Sunday’s performance is Awesöme Orchestra’s third year-end concert, an event that provides an opportunity to revisit material performed earlier in the year and to raise money for the organization (the recommended ticket price is $30, though no one will be turned away for lack of funds). Möschler decided to organize the first annual celebration after polling his expansive collective “and what people said most often is we’d love to have a more traditional performance where we rehearse, something a little more formal but that still has the feeling of an open session. It gives us a chance to invite guests and really engage with the audience in a beautiful venue with comfortable places to sit.”

Awesöme Orchestra played its first year-ending concert in 2015 at the lamented American Steel Studios in West Oakland, and last year moved to the Freight with a grant from the Zellerbach Foundation. In under five years the collective has become a beloved Bay Area institution via various collaborations (including UnderCover Presents), recordings, and as an ongoing community building enterprise for legions of musicians.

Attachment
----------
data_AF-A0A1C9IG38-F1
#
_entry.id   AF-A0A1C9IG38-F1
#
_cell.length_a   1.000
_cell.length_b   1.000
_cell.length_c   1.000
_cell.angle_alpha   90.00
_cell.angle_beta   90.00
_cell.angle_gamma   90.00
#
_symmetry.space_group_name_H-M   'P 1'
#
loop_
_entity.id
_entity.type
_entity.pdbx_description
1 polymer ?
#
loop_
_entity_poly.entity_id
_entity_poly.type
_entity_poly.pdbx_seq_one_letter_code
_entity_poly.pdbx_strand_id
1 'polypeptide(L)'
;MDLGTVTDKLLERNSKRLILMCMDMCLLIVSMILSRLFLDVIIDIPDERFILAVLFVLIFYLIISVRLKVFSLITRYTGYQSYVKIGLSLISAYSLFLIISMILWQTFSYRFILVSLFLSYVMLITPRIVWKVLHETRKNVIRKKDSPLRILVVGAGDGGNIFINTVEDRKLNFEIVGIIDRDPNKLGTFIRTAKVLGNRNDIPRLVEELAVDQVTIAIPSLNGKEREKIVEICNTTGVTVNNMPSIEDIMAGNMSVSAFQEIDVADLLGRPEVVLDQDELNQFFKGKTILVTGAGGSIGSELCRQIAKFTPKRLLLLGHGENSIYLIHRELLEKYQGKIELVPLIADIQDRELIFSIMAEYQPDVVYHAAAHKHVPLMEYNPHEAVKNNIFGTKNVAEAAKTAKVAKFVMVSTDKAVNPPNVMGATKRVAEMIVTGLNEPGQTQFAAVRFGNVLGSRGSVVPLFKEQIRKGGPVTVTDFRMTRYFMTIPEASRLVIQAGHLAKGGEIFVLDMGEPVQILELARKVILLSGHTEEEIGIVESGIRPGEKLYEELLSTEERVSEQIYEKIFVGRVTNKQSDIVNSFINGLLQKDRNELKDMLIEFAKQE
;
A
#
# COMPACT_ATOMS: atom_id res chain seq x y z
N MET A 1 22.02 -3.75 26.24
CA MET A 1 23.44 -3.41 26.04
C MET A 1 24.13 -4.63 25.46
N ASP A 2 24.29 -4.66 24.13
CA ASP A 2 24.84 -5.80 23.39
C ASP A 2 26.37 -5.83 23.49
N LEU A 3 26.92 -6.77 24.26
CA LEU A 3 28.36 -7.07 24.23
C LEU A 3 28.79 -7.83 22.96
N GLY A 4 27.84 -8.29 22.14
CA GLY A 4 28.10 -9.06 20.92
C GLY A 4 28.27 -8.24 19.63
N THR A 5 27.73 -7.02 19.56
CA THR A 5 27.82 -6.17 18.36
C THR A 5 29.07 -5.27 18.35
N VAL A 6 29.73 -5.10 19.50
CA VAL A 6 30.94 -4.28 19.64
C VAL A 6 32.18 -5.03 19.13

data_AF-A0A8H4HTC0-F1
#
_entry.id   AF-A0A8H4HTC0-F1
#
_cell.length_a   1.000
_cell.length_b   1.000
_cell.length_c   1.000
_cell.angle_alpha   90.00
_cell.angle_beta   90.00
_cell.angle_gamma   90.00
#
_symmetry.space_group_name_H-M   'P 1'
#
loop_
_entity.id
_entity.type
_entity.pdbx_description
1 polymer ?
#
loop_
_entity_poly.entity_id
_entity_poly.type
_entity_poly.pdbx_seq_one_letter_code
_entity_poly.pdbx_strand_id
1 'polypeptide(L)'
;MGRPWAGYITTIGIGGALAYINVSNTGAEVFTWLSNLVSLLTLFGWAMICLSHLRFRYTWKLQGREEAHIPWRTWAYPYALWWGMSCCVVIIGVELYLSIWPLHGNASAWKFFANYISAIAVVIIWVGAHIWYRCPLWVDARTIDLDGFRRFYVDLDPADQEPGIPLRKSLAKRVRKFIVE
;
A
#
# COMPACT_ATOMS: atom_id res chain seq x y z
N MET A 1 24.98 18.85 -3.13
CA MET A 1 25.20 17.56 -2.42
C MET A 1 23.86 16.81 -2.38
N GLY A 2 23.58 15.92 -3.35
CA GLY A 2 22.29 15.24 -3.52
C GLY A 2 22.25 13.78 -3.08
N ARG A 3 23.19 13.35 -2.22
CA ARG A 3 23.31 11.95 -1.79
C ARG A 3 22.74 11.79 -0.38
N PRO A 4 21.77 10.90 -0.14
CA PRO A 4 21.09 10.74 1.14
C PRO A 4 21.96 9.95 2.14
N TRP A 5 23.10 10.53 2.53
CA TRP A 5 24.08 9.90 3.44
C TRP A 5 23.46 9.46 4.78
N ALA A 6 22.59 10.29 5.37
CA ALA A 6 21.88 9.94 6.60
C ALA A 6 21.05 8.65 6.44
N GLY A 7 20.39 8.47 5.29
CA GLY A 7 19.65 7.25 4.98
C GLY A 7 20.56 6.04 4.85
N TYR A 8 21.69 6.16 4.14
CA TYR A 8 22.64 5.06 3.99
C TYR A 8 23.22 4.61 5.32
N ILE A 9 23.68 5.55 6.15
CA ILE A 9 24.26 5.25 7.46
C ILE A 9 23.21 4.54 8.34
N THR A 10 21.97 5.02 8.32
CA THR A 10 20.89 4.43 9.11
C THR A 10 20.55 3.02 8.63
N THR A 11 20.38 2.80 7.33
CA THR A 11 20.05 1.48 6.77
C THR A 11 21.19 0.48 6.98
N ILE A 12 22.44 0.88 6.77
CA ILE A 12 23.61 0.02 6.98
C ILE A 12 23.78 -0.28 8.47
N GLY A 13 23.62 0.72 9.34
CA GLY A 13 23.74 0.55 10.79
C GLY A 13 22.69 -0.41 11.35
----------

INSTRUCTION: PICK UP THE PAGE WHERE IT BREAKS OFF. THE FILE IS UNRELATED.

Berkeley’s Lily Kaye Sevier, co-ambassador for the percussion section, was a reluctant participant at the first session. A busy freelancer who teaches at the Ruth Asawa San Francisco School of the Arts, she can be found performing in the San Cruz and Monterey Symphonies, and in numerous musical theater productions, “which is how David and I met,” she says (she’ll be in the Berkeley Playhouse production of Ragtime that opens in February).

While Möschler had to drag her to the first open rehearsal, Sevier quickly found a home in the orchestra. “Now I’m so close with people in the group,” she says. “I’m a little more introverted but I showed up and had such a great time. Everyone was so nice. Classical music can be more uptight, which is always hard on me. It’s so refreshing to play and actually enjoy myself and not feel the same stress I do at work. I interact a lot more with the rest of the orchestra, not just my section. I love to be able to talk about life, rather than what mallets are you using.”